Strain of Natural Resources
The overuse of strain of natural resources is a primary concern when relating to the impacts of tourism. When tourism is totally dependent on the environment, there arises the problem where the tourism sector puts pressure on natural resources and ecosystems.
Water resources: water resources, for example, rivers, lakes and specifically clean water are very important natural resources but over the past decade the tourism industry has overused these resources in hotels, for swimming pools, for watering gardens etcetera. It has become evident that in regions where there is scarcity of water even for the local people, tourism activities and tourists always had provision of water (http://unep.org). An average golf course in a tropical country such as Thailand needs 1500kg of chemical fertilizers, pesticides and herbicides per year and uses as much water as 60,000 rural villagers (http://tourismconcern.org.uk). Another example can be identified by the overuse of coral reefs for tourism purposes in places like Australia, Philippines and India.
Land resources: Land resources can also be highly affected by the activities of the tourism industry. Essential land resources include productive land for agriculture, minerals, forests and wildlife are all threatened when there is increase in construction of tourism facilities such us hotels, roads, bridges as well as recreational facilities (http://unep.org). Tourism activities also affect land resources in sensitive such us when flora, which is natural plant life occurring in naturally in a region comes under pressure due to certain tourism activities such as trampling and camping. Fauna, which is also animal life is strained as tourism has an intentional negative impact through activities such as hunting tourism, poaching and so on (Cooper, 2012). Tourism can also place massive pressure on local agricultural resources such as food and raw materials.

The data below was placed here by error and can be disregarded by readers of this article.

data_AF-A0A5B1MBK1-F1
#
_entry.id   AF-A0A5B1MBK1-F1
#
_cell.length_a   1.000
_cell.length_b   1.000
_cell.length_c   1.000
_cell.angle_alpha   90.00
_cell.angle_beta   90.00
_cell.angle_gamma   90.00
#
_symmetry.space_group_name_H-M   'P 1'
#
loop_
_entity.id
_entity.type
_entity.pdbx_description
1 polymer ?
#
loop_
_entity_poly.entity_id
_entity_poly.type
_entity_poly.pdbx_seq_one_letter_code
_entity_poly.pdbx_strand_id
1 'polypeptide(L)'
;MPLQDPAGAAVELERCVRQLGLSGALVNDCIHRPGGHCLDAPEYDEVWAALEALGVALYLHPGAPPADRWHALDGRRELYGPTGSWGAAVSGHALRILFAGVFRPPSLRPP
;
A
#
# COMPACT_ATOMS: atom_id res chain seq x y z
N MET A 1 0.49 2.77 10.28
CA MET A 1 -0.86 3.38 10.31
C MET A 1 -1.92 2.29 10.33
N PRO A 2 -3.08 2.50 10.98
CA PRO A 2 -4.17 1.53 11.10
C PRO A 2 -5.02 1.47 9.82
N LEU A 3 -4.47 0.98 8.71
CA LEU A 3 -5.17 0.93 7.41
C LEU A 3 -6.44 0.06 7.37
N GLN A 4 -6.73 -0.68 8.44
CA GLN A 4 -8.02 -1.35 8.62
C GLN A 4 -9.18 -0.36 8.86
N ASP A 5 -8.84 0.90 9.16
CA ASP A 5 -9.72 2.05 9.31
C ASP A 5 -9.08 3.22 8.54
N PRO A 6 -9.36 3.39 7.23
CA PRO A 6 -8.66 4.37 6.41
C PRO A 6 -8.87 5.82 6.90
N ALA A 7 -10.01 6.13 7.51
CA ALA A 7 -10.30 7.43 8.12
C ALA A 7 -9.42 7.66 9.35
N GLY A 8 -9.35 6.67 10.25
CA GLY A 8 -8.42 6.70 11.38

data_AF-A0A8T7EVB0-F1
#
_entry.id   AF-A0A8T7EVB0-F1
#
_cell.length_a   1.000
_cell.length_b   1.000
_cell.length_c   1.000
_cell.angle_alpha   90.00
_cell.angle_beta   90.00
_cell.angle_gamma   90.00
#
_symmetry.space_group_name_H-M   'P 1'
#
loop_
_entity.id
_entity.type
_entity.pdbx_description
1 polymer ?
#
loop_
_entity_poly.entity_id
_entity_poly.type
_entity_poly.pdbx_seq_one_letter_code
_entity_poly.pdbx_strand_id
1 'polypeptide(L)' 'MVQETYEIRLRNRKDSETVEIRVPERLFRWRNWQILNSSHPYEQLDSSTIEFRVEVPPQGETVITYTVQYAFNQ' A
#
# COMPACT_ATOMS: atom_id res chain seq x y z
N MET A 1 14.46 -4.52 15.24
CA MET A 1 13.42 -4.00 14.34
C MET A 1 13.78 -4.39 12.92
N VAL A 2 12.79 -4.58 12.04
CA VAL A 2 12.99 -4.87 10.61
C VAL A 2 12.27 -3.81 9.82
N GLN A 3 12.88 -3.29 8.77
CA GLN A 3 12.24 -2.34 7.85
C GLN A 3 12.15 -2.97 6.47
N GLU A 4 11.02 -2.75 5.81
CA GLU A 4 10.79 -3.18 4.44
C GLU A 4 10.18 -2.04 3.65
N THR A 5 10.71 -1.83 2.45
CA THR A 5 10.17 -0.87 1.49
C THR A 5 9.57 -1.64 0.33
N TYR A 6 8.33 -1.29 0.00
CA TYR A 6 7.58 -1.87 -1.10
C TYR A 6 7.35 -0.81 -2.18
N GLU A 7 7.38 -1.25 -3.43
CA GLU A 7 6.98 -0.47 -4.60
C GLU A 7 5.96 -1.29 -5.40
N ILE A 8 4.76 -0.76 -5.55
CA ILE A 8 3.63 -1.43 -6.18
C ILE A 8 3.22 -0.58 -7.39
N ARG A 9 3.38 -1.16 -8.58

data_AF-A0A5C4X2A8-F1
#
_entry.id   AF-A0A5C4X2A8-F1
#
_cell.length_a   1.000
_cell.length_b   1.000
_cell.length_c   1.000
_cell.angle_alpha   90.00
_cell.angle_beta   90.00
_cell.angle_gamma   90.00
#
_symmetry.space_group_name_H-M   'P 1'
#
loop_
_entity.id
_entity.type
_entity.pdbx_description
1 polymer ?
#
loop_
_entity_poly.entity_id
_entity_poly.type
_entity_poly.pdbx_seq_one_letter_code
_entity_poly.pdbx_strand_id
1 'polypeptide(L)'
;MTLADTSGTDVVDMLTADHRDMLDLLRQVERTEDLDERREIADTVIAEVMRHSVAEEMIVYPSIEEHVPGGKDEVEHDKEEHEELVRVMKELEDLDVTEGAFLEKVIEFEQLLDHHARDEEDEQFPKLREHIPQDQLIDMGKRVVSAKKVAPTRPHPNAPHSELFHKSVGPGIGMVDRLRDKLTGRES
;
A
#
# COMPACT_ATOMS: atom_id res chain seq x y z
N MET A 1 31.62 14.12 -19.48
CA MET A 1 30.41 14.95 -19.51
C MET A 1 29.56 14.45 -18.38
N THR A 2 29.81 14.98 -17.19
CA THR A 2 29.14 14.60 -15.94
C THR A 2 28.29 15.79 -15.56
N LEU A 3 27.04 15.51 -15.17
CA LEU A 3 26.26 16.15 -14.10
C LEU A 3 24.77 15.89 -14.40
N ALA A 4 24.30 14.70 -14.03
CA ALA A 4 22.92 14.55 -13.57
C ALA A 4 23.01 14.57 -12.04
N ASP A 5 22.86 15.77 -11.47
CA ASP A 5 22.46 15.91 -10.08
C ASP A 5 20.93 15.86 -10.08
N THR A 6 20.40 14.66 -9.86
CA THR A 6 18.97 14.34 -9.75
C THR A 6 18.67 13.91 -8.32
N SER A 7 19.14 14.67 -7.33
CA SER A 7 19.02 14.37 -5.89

In addition to the over usage of the environment’s natural resources, another negative environmental impact of the tourism industry is pollution. Pollution can be in many forms such as noise, air, water and land pollution and tourism activities produces this in different ways.
Water Pollution: Water pollution is a leading negative effect that the tourism sector brings to the ocean's coral reefs as a result of untreated sewage being exhausted into these reefs, and this water pollution leads to a larger pollution scale than just that of the coral reefs. Water pollution caused by the impacts of the tourism industry can also lead to health problems with humans, from shallow stomach infections to more serious ones such as typhoid. Human use of motorboat, littering of garbage, and grey water affects the water negatively (Holden, 2005). Sewage or wastewater has contaminated seas and rivers that surround tourist’s attractions destroying the marine life that exist in these waters. Water pollution can threaten both human and animal life.